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Programa Master

Programa Master

Laboratory of Electronic Circuits and Systems (LCSE 1)

Submitted by jr.rol on Tue, 16/10/2012 - 19:02
Electronic document: 
Créditos Totales: 
Delivery dates: 
First semester
Type of subject: 
Instructional Objectives: 

The knowledge of digital electronics to the practical design of a digital medium of medi-um-high complexity is applied in this course. For this, it has to be able to reach a physical implementation from functional specifications following the methodology of synchronous digi-tal circuit design.
The emphasis of the laboratory is made in the use of CAD tools to design complex digital circuits using the VHDL description hardware language. By taking advantage of this scenar-io, other important practical issues will be also covered related to the design of complex digital systems. Validation of development is an important task to be performed by simulation, as in professional environments.
Throughout the course the student has to perform several practices by applying the different phases of a classic methodology of design:
1. Study of design CAD tools
2. VHDL specification and simulation techniques
3. Synthesis and implementation over FPGA
More specifically, the goals of the course can be described as follows:
− Experience in the development of complex digital systems
− Develop the analysis ability of a specification
− Use professional tools for synthesis and digital simulation
− Understand the importance of synchronous digital systems
− Learn techniques for debugging hardware systems through simulation
− Properly plan the developing stages of a complex system
− Address all phases of development until the final test in a real FPGA


Topic 1: The VHDL
Levels of abstraction
Data types and subtypes, conversions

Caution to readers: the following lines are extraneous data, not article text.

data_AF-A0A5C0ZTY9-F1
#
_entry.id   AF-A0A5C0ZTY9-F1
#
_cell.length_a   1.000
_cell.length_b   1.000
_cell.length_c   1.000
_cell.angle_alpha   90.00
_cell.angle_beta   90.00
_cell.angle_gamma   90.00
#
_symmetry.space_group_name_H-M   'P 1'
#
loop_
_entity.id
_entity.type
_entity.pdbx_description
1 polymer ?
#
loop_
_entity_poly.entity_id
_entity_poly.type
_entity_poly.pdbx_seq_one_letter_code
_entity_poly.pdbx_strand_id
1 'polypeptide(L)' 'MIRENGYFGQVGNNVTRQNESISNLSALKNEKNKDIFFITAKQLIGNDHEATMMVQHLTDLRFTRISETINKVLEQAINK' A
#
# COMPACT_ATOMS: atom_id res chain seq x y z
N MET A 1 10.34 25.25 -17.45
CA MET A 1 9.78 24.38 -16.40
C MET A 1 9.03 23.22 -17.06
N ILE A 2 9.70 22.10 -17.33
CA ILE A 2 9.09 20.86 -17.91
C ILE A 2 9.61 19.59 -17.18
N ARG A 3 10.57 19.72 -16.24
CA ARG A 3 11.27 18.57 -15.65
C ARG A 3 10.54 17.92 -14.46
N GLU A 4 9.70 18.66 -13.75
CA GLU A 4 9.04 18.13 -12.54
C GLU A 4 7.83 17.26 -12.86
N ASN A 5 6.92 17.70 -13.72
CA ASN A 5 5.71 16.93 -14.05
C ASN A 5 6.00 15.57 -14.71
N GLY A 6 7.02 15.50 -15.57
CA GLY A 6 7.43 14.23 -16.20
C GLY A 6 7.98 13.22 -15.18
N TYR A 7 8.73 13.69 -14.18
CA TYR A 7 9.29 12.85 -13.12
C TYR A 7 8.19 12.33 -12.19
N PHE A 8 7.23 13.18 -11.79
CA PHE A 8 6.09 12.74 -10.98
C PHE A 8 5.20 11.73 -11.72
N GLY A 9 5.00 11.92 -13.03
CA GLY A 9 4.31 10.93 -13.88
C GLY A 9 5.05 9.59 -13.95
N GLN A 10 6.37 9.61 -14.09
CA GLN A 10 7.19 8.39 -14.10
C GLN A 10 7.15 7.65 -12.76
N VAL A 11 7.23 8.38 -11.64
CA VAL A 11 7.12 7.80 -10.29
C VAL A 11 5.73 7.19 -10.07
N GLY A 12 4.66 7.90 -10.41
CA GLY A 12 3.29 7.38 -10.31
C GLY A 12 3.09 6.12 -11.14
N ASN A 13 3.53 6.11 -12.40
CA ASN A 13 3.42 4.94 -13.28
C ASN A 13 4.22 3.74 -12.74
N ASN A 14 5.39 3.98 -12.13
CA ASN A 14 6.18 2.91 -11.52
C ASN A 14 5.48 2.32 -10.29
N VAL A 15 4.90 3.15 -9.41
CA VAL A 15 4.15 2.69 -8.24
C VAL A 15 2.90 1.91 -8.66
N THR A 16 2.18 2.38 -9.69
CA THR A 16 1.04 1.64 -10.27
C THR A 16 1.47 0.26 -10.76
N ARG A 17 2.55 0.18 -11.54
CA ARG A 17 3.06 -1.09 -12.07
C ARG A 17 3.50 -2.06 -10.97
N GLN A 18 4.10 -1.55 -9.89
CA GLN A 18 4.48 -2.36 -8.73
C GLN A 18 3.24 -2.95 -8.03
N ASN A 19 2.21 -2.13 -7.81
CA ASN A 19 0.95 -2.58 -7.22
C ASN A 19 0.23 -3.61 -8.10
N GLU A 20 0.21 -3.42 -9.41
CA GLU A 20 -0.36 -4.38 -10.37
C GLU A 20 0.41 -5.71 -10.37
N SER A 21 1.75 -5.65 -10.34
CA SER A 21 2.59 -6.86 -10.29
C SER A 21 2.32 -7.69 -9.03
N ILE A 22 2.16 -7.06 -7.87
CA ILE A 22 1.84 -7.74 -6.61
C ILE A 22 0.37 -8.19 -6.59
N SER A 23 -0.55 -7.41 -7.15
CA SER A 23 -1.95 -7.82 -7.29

Constants, signals and variables, attributes
Assignments, operators
Entities, ports and generics
Architectures, concurrent sentences
Processes and sensitivity lists, sequential statements
Reuse of components, packages and libraries
Test benches, wait and after

Topic 2: Practical considerations for design and simulation-verification
State machine description
Concept synthesizable code
Synthesis common Inferences
Combinational and sequential processes
Timing and simulation
Files restrictions

Topic 3: Common mistakes in the use of VHDL
Incomplete lists sensitivity
Appearance of latches
Combinational loops
Assigning multiple signal
Use of signals and variables
Token Initialization

Practice I: consists of guided exercises with the purpose of introducing the language VHDL hardware description of and familiar with software development tools, plus the design of a small module complexity that then become part of Practice II system.

Practice II: Design of specifications for a complete digital electronic system complexity average.




The aim of the proposed practice I is to familiarize students with development tools and to dis-cover the special features of digital hardware specification through high-level languages, since it is intrinsically different from the software programming, which they are very used to.
In this sense, they are asked to hand in the answers to the issues raised in Exercises 1 through 6 as well as the generated code for Exercise 7, which will be analyzed by teachers to determine the degree of competence acquired. Then, they will meet with the students to discuss the difficulties and correct deficiencies in the work methods and specification in order to facilitate the approach of Practice II.
The ultimate goal of the course consists of the implementation of the proposed system in Prac-tice II, reaching, if possible, the real testing on the prototyping board. Thus, the emphasis is more on the development of the specification skills, simulation and debugging, and less on the generation of documentation. Since the number of students is not very high, teachers carry out a very close monitoring of their work.